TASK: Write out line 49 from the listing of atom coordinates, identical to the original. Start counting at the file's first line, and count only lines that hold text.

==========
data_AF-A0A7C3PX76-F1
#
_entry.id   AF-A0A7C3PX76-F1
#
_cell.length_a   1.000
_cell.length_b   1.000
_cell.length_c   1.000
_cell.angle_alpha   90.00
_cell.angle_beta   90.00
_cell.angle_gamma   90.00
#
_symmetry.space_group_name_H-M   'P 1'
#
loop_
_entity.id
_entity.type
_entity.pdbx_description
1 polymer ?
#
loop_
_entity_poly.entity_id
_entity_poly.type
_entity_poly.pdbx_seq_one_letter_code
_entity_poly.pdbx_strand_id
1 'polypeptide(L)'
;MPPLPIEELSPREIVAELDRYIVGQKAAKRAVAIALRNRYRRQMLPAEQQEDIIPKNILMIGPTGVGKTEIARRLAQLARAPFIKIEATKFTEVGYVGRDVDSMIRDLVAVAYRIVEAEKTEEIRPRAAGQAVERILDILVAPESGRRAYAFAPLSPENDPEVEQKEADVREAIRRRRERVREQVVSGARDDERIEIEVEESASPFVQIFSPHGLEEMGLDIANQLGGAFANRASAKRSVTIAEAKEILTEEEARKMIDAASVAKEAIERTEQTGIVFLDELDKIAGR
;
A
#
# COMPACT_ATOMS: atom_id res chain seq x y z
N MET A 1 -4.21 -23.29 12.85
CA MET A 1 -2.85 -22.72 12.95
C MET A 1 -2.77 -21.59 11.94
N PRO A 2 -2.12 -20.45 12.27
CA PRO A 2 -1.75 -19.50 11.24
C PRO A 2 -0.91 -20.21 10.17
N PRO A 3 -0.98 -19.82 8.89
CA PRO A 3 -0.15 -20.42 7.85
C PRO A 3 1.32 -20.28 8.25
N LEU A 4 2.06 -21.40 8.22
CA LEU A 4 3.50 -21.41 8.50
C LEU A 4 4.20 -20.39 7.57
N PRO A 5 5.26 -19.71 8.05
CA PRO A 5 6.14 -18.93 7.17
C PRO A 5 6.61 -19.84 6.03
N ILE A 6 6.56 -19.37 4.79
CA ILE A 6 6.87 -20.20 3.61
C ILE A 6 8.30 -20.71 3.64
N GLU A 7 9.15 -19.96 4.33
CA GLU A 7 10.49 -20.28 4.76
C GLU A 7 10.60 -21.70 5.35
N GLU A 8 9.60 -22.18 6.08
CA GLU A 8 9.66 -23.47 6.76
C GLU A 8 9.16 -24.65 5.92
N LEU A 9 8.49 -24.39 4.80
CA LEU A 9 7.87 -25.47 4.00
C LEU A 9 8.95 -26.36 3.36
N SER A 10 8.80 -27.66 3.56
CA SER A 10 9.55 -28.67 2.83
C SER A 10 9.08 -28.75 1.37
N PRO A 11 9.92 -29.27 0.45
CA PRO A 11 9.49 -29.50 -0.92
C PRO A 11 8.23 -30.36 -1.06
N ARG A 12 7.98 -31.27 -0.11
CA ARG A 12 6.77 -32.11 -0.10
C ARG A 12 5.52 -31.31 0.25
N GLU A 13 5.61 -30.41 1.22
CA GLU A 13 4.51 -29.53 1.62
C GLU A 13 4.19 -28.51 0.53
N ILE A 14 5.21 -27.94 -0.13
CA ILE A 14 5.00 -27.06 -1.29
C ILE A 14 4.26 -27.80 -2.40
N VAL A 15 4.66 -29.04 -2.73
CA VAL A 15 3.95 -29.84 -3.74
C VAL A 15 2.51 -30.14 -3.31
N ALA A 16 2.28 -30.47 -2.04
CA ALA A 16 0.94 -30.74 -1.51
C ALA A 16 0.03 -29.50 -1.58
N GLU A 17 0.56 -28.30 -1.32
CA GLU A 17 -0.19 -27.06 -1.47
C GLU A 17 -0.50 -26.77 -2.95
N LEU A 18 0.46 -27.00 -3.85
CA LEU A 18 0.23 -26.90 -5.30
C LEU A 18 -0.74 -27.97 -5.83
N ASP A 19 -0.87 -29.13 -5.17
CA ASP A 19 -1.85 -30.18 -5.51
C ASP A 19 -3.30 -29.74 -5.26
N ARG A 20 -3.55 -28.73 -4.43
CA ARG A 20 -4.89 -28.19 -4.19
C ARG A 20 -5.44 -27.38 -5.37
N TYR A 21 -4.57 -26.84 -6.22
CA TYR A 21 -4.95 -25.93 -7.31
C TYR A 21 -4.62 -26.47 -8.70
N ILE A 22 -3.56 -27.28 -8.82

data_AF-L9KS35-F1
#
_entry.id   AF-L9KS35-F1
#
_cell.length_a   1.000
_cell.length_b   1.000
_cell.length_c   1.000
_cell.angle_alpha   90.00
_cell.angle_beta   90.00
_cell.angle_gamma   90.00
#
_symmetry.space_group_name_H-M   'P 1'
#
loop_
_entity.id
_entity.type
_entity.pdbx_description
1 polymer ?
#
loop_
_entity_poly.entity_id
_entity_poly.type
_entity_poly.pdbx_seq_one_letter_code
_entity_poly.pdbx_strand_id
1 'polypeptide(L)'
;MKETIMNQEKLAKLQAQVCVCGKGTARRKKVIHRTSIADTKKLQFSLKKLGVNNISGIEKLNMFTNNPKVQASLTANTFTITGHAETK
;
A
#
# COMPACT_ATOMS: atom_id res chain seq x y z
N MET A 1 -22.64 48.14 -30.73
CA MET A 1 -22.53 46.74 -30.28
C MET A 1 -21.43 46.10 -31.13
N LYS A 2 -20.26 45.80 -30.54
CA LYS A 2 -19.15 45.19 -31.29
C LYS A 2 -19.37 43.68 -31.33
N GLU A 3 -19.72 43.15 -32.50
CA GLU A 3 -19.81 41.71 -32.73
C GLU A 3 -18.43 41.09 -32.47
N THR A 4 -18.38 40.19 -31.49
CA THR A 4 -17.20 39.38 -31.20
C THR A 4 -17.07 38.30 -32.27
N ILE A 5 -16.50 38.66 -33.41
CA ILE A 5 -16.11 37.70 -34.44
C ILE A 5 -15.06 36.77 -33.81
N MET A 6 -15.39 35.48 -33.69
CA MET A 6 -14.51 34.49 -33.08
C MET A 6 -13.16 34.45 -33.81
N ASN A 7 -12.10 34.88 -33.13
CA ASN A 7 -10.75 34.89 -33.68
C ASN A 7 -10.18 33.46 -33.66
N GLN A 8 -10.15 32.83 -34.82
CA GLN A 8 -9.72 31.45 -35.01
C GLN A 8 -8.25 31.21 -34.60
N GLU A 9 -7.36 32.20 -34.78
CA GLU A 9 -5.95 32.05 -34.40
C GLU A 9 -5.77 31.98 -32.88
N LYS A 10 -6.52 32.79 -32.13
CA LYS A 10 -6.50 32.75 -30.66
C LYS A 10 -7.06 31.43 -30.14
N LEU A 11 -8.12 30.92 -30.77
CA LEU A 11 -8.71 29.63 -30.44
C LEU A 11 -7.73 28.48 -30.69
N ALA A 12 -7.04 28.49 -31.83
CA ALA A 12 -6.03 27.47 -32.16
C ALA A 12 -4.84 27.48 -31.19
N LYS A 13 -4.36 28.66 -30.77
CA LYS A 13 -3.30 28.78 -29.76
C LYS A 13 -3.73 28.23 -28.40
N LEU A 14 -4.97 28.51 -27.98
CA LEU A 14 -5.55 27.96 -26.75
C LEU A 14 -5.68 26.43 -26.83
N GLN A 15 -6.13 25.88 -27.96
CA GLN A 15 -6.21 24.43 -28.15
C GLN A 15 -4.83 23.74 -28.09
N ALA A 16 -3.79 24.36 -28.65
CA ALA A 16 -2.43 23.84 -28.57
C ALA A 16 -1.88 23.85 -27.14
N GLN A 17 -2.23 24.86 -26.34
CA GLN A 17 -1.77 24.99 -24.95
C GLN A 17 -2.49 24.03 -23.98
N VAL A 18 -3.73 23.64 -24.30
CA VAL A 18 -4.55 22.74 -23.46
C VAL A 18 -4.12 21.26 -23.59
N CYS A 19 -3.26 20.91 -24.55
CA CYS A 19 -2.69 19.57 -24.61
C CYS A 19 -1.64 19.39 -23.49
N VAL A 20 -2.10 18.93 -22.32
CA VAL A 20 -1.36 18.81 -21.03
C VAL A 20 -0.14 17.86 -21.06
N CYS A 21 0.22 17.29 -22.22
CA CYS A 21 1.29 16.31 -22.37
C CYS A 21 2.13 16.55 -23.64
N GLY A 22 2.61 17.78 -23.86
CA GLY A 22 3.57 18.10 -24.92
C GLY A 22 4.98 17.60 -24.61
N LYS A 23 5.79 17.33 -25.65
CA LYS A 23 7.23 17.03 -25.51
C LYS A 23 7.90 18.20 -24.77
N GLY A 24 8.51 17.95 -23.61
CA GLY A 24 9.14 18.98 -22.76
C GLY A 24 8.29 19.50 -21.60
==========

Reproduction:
N GLU A 7 9.15 -19.96 4.33